The riders headed off towards Acaya, while the ladies, or non-riders were met at Masseria Il Frantoia by Michele who led us to Ostuni to see a demonstration of olive oil soap making. Afterwards, we headed to the center of Ostuni for a walking tour with Michele before taking an hour or two to shop and grab a quick lunch. Ostuni has always been one of my favorites cities in Puglia because we have spent so much time there in the past. We have visited Ostuni at least five times over the years, and even once rented a large home with the family for an entire week just outside the city center. Ostuni is just one of Puglia’s famous whitewashed cities perched dramatically on a hilltop, and is most striking on a sunny day when everything white almost sparkles. The old town is still surrounded by limestone walls that were used as a defense system throughout the years.

After lunch, we headed off to Otranto, and Masseria Montelauro. After checking in, some of us got into a three wheeled taxi of sorts which took us into the center of Otranto. There was an antique market in town that day, and being a Sunday afternoon, many local families were all dressed up and taking a passeggiata through town after lunch. After spending an hour or two exploring Otranto, we headed back to Masseria Montelauro to clean up for dinner. We were first given a pasta making demonstration where two ladies quickly made homemade orecchiette and maccheroni. They allowed anyone interested to give it a try and we all learned how traditional Pugliese pasta is made. The ladies also explained that they often pair the two pasta varieties and top with a sauce, calling the pasta dish Maritati, or “married”. After yet another fun filled day, we enjoyed dinner at Masseria Montelauro before enjoying a much needed sleep.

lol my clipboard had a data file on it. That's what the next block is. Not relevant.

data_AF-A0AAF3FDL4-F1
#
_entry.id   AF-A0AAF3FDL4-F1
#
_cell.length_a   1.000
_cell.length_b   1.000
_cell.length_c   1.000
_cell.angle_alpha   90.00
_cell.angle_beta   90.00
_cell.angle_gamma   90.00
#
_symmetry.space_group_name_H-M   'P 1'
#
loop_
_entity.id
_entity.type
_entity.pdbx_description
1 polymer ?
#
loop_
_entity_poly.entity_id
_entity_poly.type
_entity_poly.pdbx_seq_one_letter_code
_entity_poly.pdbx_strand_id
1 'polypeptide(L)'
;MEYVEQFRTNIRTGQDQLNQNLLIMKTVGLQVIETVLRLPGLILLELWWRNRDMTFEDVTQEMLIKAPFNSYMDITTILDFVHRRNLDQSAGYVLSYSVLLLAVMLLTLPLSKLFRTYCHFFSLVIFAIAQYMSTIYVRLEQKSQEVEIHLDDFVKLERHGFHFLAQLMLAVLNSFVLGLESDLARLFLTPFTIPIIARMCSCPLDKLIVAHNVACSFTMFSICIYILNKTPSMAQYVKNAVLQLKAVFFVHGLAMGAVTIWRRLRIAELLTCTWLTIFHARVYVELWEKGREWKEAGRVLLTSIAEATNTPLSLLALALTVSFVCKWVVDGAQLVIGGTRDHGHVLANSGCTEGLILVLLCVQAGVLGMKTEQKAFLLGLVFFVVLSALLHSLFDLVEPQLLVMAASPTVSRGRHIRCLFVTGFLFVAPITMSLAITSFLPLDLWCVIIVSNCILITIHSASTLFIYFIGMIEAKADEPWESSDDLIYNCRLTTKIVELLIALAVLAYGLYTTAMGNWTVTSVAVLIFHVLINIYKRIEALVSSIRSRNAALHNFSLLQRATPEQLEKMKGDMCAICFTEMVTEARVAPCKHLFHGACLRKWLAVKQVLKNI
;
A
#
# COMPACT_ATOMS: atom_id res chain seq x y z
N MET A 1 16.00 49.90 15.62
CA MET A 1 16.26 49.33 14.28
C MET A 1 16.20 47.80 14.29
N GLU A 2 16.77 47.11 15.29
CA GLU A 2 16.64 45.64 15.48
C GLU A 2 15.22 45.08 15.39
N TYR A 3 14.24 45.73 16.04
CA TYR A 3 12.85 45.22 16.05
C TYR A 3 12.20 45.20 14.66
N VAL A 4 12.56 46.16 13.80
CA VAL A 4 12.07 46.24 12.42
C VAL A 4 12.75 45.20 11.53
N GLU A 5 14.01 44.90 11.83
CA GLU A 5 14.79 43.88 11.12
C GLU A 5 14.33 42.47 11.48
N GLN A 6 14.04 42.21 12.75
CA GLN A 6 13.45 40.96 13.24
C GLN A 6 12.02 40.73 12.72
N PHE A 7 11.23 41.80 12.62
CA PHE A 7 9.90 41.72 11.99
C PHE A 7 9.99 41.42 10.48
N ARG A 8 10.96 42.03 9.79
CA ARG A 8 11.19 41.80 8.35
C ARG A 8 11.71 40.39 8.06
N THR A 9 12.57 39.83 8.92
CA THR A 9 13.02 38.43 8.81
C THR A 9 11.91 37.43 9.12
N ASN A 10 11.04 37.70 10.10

Masseria Montelauro 
Strada Provinciale 358 Otranto-Uggiano,
73028, Otranto
+39 0836 806203

Day Three Photos

Olive Oil Soap Making

View From Ostini Towards The Sea










Masseria Montelauro

Continue Reading Days Four To Six!

Continue Reading Days Seven To Nine!

Continue Reading Days Ten To Thirteen!

Deborah Mele
May 2017


  1. Wow, your group knows how to live — that’s what I love about Europe as a whole — people keep active no matter the age! Look forward to Days 4 to 13 — the culinary tours (a bucket list wish) with Southern Visions sound amazing — thanks for sharing the pics/websites plus a bit of history too.

    1. We were told not to go there by our hosts. I’ve been to Polignano a number of times in the past and only heard bad things about this place. I did go into the cave where it is located by boat however.

  2. What a fabulous trip and what gorgeous pictures.  Nicholas and I both like Puglia very much too.  Thank you for sharing with everyone!

    1. For my food photos a Canon 5D with a 24-70mm lens most of the time. For my travel photos, I need a camera I can throw into my pocket to grab photos whener I can so I have recently bought a Canaon G7X. Would prefer using my big camera for all my photos but it is too heavy to carry around.

  3. I went to Puglia for the first time 6 years ago and now I go back every year.    All the places you mentioned are simply incredible.  My father was born in Gioia DelColle in 1920 and came to USA in 1929.   I only came to understand his passion for good simple food and love of life after I’ve spent time in Puglia.  I’m going back in about a month and cannot wait.  The food , the people and the beautiful environment of The region call me back every year

  4. Thanks for posting your trip to Puglia. I first learned about Italy’s bread basket from Mario Batali & Lynn Rosetta Kasper. Those orrichietti look so easy to form but are not!
    Have a wonderful Summer, ciao Marina